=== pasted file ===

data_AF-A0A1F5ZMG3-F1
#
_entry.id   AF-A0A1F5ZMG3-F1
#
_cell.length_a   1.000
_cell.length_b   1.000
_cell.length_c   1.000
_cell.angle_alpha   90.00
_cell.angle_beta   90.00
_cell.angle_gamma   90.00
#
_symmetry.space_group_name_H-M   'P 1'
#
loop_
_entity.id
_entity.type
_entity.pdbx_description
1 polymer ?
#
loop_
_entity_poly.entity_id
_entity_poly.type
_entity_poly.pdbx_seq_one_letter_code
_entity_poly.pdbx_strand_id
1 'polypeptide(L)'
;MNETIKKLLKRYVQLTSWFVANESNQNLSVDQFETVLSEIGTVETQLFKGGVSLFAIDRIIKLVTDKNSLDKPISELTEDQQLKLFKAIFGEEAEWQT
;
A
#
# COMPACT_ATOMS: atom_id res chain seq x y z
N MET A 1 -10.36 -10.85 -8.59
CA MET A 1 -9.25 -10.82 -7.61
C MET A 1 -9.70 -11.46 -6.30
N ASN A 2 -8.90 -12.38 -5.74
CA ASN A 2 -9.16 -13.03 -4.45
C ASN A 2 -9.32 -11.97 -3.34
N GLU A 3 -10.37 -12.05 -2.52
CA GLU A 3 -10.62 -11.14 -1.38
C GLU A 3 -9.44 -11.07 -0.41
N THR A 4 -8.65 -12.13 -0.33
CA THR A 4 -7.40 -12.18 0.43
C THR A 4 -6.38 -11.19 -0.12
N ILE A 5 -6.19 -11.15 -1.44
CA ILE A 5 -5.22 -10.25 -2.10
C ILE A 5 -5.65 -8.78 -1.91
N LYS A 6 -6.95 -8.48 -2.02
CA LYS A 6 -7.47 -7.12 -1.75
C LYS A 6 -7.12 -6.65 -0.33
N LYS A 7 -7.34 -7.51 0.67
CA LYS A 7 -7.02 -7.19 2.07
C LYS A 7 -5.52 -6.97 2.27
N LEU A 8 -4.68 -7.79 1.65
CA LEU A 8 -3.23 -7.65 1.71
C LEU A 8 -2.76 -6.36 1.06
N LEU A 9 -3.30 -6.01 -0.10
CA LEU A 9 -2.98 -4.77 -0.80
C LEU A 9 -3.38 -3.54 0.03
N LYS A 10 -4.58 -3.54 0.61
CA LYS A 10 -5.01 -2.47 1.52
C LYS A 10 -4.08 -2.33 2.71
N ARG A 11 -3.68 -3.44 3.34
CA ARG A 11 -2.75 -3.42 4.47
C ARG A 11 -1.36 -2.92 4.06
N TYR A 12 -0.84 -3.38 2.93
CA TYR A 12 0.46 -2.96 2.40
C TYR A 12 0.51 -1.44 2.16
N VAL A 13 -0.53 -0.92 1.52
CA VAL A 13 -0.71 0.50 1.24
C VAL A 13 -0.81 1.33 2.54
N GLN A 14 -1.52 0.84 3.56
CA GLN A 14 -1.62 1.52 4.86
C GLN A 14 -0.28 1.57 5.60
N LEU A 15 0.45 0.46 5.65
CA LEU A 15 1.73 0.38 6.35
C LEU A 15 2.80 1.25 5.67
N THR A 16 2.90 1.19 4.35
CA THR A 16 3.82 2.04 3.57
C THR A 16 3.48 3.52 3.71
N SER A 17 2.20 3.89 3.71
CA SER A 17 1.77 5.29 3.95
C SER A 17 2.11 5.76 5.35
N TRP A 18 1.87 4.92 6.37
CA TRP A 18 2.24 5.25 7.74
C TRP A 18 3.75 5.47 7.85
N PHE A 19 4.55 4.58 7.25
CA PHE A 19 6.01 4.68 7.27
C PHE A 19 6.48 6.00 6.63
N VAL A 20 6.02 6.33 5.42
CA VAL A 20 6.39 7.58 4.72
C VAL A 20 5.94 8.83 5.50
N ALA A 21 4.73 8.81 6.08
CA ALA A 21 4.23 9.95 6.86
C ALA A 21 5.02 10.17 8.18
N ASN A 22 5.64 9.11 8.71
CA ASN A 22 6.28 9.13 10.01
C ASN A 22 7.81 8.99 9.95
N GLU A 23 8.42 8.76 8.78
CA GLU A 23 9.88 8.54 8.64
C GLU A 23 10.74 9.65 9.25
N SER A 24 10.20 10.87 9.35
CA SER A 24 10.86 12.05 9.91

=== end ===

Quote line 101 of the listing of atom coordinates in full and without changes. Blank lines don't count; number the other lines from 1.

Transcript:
CA SER A 24 10.86 12.05 9.91